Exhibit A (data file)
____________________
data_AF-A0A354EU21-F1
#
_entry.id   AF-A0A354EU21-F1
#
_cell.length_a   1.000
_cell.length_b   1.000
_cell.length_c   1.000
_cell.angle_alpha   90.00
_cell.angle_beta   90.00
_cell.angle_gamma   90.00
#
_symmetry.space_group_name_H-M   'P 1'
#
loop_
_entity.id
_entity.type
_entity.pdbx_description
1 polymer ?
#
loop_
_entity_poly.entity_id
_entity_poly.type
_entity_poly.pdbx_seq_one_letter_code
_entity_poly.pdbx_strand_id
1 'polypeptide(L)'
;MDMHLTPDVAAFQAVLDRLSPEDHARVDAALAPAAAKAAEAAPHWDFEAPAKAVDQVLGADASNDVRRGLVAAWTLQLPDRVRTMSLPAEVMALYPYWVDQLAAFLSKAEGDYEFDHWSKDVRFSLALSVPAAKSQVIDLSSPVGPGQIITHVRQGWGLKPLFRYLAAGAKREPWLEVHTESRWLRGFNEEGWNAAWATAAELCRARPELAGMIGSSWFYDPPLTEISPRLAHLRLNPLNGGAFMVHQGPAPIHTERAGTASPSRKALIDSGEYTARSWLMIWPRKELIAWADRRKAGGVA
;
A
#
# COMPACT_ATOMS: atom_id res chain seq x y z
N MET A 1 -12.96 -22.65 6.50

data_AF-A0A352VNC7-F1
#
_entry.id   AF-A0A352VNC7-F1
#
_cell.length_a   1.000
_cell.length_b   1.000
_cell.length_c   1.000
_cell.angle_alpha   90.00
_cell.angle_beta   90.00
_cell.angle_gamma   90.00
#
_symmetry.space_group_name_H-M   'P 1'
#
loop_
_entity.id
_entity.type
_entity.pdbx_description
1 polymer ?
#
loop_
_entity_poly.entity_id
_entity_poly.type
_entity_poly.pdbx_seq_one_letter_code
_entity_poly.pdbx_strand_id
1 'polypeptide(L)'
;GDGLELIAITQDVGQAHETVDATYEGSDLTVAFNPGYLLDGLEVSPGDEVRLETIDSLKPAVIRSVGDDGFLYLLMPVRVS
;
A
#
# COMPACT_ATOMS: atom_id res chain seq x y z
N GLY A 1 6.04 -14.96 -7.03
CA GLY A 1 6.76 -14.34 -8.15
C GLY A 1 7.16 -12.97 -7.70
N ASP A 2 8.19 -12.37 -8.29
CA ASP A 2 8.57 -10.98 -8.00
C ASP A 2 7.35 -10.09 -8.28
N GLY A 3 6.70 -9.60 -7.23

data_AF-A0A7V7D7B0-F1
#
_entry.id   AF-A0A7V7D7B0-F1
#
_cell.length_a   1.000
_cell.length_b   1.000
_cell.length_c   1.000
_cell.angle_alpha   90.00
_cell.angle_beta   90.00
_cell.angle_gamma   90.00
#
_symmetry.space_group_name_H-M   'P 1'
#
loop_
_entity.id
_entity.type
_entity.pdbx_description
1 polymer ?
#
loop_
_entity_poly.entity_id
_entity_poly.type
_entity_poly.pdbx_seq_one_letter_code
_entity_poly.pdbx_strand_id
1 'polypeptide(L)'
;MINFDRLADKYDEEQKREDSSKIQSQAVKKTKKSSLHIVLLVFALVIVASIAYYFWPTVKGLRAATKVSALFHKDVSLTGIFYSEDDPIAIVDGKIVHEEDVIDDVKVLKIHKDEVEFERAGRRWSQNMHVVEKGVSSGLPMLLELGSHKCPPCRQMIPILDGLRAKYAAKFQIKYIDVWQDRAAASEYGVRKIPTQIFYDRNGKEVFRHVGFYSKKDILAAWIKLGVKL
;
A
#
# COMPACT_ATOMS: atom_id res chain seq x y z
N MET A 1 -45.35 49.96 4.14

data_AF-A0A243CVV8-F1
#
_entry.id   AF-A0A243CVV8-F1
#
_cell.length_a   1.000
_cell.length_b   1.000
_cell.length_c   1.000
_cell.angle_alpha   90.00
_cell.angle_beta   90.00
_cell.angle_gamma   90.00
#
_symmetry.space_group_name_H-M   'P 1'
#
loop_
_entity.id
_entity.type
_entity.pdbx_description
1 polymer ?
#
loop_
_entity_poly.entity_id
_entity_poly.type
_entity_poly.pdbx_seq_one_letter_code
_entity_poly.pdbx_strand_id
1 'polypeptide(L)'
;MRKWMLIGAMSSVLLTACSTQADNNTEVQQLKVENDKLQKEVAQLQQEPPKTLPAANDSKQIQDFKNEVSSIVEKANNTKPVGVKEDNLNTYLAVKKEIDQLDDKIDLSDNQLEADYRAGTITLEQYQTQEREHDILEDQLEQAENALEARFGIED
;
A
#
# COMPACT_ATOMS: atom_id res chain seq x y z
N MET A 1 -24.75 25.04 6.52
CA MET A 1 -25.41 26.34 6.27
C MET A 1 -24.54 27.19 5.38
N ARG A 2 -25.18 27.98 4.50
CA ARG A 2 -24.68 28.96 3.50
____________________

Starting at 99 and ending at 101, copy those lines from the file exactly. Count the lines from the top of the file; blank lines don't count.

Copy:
N MET A 1 -45.35 49.96 4.14

data_AF-A0A243CVV8-F1
#